One purpose of the challenge to write an Arabic ghazal, following David Jalajel's rules, is to encourage poets to extend the possibilities of the ghazal as a form for English poetry. The nine ghazals presented here show a variety of responses to the challenge. I hope that these results will lead to the submission of more ghazals using the Arabic approach.
The ghazals presented here show several approaches to adapting the Arabic form to poetry in English. Kathee Rogers' "Piyut: Desire for my Beloved" relates to a much earlier adaptation of Arabic poetry by Hebrew poets in Al-Andalus (medieval Spain). The site, Medieval Hebrew Poetry, contains a lot of information to get you started, including an article on piyyut. A Web search for piyyut will produce many hits; the page linked above is a good place to start.
In the past, there've been no editor's comments on the special issues. In this case, the comments will supply some context and perspective for reading the ghazals. Reading the poems always takes precedence, of course.
Loneliness, loss, darkness, drought — these three ghazals explore traditional ghazal themes. Each uses the monorhyme effectively, with Taylor Graham using the microrhyme -ld. Read each ghazal carefully and you'll hear other subtle and effective repetitions of sound.
Formally, these three ghazals stand between the Persian and the Arabic forms. One difficulty in making the transition from Persian to Arabic is to change one's thinking of "couplet" and "line." Consider, for instance, the effect of presenting Taylor's ghazal with each couplet rendered as a long line. Caroline Gill and Linda Umans alternate rhymes, retaining the couplet effect to some extent.
Long lines pose layout problems. I've seen poems with long lines printed sideways in little magazines. For English, at least, long lines impose extra demand on the reader. Poetry, of course, should not be read like prose, but long lines still challenge the reader. One solution is breaking long lines, which is how we get English "couplets" from Persian and Arabic ghazal forms. Poets and readers have also learned that line-endings are cues to the rhythm and meaning of a poem, even a formal poem with rhymes. In Susan Melot's ghazal, the alternation of long and short lines provides an especially appropriate rhythm, one that drives home the microrhyme on the vowel spelled "o" here. Imagine the loss of impact if each long/short combination were presented as one long line:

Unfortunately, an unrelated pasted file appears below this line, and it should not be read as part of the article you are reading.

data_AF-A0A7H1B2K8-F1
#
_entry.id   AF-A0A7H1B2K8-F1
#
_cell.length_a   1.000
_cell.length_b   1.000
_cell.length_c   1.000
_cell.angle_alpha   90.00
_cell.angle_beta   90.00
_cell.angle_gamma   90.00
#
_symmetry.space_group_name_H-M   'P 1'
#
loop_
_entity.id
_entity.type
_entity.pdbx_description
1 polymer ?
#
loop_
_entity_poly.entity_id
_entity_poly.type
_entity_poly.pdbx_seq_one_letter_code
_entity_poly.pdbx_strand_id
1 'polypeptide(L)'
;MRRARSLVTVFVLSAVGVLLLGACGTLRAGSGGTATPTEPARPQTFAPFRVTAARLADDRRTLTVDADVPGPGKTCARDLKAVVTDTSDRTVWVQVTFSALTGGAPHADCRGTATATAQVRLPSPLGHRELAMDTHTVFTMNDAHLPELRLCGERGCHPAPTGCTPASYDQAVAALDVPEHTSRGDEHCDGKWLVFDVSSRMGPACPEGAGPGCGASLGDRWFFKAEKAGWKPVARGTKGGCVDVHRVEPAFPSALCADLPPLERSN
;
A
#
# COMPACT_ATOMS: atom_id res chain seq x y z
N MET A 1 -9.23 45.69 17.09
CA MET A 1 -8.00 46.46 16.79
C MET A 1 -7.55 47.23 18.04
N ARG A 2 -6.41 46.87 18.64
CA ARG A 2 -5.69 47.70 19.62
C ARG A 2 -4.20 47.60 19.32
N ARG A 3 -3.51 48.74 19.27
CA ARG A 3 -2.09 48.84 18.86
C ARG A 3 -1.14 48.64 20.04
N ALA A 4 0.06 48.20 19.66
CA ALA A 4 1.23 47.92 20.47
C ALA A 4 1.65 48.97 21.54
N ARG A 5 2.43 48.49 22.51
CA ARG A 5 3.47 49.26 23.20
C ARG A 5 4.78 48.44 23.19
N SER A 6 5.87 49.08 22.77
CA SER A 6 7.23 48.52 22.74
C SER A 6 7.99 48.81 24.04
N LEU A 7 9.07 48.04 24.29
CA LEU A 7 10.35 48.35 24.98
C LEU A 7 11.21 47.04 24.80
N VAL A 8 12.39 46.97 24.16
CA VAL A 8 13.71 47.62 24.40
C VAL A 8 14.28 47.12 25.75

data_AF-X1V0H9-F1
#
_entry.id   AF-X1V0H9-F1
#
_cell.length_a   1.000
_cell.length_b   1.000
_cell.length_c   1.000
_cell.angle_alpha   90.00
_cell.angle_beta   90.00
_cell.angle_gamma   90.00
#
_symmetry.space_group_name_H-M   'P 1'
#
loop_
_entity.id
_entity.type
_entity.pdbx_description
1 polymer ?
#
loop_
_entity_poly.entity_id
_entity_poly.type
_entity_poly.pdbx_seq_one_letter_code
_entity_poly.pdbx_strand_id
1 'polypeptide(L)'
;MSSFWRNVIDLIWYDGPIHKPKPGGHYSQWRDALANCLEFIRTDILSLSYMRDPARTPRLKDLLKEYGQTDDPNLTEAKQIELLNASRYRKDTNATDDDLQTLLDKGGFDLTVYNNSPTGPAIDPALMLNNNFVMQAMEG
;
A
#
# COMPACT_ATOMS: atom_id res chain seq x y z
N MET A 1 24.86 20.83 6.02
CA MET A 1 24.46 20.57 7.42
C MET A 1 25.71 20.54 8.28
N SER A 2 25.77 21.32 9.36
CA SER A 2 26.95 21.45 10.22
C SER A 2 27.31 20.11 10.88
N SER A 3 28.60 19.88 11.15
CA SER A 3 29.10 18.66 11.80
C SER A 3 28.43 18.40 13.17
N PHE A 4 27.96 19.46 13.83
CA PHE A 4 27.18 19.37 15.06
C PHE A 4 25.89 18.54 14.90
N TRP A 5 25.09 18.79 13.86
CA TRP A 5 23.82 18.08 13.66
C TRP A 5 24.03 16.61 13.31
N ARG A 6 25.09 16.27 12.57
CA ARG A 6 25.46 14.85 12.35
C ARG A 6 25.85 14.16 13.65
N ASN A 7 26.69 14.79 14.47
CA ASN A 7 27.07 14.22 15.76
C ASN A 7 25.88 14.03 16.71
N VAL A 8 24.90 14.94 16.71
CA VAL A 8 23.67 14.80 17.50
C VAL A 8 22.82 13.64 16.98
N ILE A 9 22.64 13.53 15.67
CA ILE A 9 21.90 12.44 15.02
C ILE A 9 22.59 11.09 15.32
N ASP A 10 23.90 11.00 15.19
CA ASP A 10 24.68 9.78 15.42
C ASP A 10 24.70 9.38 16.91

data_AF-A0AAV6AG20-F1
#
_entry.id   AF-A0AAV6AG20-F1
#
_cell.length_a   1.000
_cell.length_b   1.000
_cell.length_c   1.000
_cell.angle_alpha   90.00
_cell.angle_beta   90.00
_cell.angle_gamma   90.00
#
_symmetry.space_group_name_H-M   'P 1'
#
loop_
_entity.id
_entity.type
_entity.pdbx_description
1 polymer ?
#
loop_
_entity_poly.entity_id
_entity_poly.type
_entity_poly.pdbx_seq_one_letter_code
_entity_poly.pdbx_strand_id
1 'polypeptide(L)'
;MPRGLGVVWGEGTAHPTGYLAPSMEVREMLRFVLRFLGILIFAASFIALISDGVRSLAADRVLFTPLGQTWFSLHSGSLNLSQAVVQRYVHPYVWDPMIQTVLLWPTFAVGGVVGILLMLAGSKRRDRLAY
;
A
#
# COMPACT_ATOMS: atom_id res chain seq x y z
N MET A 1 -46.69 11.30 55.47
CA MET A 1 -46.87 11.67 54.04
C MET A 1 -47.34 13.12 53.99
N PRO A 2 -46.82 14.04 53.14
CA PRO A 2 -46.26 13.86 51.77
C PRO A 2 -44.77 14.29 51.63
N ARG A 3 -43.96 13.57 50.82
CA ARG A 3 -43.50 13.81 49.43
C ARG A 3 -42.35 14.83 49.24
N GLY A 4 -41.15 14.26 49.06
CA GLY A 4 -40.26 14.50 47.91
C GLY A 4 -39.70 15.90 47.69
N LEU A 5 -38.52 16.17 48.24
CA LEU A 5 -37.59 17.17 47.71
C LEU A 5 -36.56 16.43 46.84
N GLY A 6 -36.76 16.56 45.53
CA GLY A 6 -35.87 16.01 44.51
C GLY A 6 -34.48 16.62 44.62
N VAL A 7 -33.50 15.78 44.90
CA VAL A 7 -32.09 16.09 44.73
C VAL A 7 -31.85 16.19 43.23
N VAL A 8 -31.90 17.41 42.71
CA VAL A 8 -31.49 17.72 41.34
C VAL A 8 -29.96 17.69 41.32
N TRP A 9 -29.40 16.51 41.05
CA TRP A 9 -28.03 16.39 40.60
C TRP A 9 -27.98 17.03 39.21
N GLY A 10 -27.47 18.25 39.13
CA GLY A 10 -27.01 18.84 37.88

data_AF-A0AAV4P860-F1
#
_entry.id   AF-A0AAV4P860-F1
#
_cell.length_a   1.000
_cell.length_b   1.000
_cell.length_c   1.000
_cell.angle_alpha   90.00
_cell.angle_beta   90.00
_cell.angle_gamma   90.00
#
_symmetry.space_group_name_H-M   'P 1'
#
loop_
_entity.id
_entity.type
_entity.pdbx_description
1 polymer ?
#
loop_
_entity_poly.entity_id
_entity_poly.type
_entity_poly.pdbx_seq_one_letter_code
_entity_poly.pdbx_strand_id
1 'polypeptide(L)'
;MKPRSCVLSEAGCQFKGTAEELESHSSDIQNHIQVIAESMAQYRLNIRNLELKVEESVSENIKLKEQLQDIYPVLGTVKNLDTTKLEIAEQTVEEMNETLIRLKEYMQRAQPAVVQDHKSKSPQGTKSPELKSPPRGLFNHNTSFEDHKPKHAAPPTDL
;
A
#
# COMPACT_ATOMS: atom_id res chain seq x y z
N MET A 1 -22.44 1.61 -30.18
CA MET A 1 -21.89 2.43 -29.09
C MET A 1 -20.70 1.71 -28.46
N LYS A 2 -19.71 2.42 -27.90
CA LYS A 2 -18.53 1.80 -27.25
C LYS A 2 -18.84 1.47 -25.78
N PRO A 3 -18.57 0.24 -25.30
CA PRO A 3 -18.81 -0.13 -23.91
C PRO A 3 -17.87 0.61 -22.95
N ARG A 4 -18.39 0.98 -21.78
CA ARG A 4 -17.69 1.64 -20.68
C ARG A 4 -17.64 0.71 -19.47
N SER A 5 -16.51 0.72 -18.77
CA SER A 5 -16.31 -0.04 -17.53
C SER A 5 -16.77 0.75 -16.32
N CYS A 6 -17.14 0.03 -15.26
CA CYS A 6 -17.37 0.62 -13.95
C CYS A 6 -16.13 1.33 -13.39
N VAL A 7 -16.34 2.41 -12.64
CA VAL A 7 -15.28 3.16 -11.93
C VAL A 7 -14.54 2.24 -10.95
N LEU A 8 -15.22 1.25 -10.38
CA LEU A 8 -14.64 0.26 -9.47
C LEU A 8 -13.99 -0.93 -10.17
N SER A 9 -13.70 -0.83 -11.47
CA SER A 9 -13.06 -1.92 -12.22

Do you still remember the Ingmar Bergmann movie, Dot, with scores of strange stopped clocks?
Colin Flanigan's "Comes a Song" could easily be presented as five couplets instead of five longer lines:
Here comes a damned desire again;The lines of this ghazal are semantically enjambed, that is, it develops a theme with more unity than usual in the Persian ghazal. This greater thematic unity is a possibilty of the Arabic ghazal.
Here comes a lust with dark red rain.
Michael Helsem's use of the consonant frame, -f-b-l-, as the microrhyme supports and extends his ghazal's multi-lingual, post-syntactic, Joycian jazz.
Fergus Carty's "Cubit's Arrow" continues the theme of language play in the pun of the title. One would guess that what Cubit's arrow measures is the heart. As a comment, lines 4 and 6 are most successful in following the Arabic form because the medial pause is less strongly marked, and the microrhyme on -t is most effective.
The last two ghazals, "Behind the River," (Jessy Murphy) and "Piyut: Desire for my Beloved," (Kathee Rogers) embody the traditional ghazal theme of love, both human and divine. Jessy Murphy's last phrase, "I am the trembling creature caught on your hook, this is me," could as well be said to the Divine as to the human lover, the sort of ambiguity that enriches poetry. Her long lines, running between 15 and 20 syllables, are appropriate to traditional ghazals. She rhymes every other line, retaining someting of a couplet feeling, and raising the question of whether the rhyme-scheme could be "thinned out," especially when it's a full rhyme, as in this ghazal.
Kathee Rogers' ghazal shows how rhyming on a vowel can still work as a microrhyme. She rhymes on the vowel /aI/ (a long "i") with almost all ending in a consonant. Her use of imagery from Genesis and Ezekiel is very appropriate for the specific genre of this poem, which shows how well both form and theme adapt to English, with a wealth of references to Tanakh and Jewish tradition.